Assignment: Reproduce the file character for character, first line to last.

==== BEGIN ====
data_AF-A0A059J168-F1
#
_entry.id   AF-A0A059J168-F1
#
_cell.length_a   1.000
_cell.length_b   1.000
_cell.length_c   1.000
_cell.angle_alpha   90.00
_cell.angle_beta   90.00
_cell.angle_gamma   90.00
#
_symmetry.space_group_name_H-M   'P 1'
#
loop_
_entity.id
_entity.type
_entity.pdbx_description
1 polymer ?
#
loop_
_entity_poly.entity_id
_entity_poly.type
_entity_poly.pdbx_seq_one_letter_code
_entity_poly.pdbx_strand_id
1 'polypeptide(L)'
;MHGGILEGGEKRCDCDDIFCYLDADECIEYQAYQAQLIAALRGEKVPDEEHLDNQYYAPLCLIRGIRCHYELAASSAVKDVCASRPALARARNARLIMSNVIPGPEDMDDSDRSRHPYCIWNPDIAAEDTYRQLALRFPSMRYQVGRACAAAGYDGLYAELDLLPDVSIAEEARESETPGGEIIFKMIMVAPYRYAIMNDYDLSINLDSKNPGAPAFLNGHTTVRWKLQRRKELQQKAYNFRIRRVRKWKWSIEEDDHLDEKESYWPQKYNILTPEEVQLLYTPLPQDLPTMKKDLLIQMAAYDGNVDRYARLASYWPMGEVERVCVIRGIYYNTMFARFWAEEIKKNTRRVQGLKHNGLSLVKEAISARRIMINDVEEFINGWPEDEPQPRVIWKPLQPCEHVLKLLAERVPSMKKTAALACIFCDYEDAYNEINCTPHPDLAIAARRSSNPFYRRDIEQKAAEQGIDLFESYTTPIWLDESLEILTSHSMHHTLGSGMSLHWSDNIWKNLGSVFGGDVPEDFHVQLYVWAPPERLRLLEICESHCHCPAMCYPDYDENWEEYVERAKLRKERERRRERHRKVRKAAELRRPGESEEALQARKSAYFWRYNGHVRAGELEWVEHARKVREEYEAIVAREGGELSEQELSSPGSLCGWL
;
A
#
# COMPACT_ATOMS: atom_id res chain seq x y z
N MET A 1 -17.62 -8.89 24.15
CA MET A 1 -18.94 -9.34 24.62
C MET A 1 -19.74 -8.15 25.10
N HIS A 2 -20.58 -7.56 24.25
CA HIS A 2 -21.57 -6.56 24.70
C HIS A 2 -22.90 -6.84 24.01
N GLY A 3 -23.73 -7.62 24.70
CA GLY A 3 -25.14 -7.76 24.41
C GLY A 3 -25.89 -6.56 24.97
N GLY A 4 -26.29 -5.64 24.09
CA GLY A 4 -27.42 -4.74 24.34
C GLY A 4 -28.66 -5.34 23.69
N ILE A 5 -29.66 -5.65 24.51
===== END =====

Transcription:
data_AF-A0A059J168-F1
#
_entry.id   AF-A0A059J168-F1
#
_cell.length_a   1.000
_cell.length_b   1.000
_cell.length_c   1.000
_cell.angle_alpha   90.00
_cell.angle_beta   90.00
_cell.angle_gamma   90.00
#
_symmetry.space_group_name_H-M   'P 1'
#
loop_
_entity.id
_entity.type
_entity.pdbx_description
1 polymer ?
#
loop_
_entity_poly.entity_id
_entity_poly.type
_entity_poly.pdbx_seq_one_letter_code
_entity_poly.pdbx_strand_id
1 'polypeptide(L)'
;MHGGILEGGEKRCDCDDIFCYLDADECIEYQAYQAQLIAALRGEKVPDEEHLDNQYYAPLCLIRGIRCHYELAASSAVKDVCASRPALARARNARLIMSNVIPGPEDMDDSDRSRHPYCIWNPDIAAEDTYRQLALRFPSMRYQVGRACAAAGYDGLYAELDLLPDVSIAEEARESETPGGEIIFKMIMVAPYRYAIMNDYDLSINLDSKNPGAPAFLNGHTTVRWKLQRRKELQQKAYNFRIRRVRKWKWSIEEDDHLDEKESYWPQKYNILTPEEVQLLYTPLPQDLPTMKKDLLIQMAAYDGNVDRYARLASYWPMGEVERVCVIRGIYYNTMFARFWAEEIKKNTRRVQGLKHNGLSLVKEAISARRIMINDVEEFINGWPEDEPQPRVIWKPLQPCEHVLKLLAERVPSMKKTAALACIFCDYEDAYNEINCTPHPDLAIAARRSSNPFYRRDIEQKAAEQGIDLFESYTTPIWLDESLEILTSHSMHHTLGSGMSLHWSDNIWKNLGSVFGGDVPEDFHVQLYVWAPPERLRLLEICESHCHCPAMCYPDYDENWEEYVERAKLRKERERRRERHRKVRKAAELRRPGESEEALQARKSAYFWRYNGHVRAGELEWVEHARKVREEYEAIVAREGGELSEQELSSPGSLCGWL
;
A
#
# COMPACT_ATOMS: atom_id res chain seq x y z
N MET A 1 -17.62 -8.89 24.15
CA MET A 1 -18.94 -9.34 24.62
C MET A 1 -19.74 -8.15 25.10
N HIS A 2 -20.58 -7.56 24.25
CA HIS A 2 -21.57 -6.56 24.70
C HIS A 2 -22.90 -6.84 24.01
N GLY A 3 -23.73 -7.62 24.70
CA GLY A 3 -25.14 -7.76 24.41
C GLY A 3 -25.89 -6.56 24.97
N GLY A 4 -26.29 -5.64 24.09
CA GLY A 4 -27.42 -4.74 24.34
C GLY A 4 -28.66 -5.34 23.69
N ILE A 5 -29.66 -5.65 24.51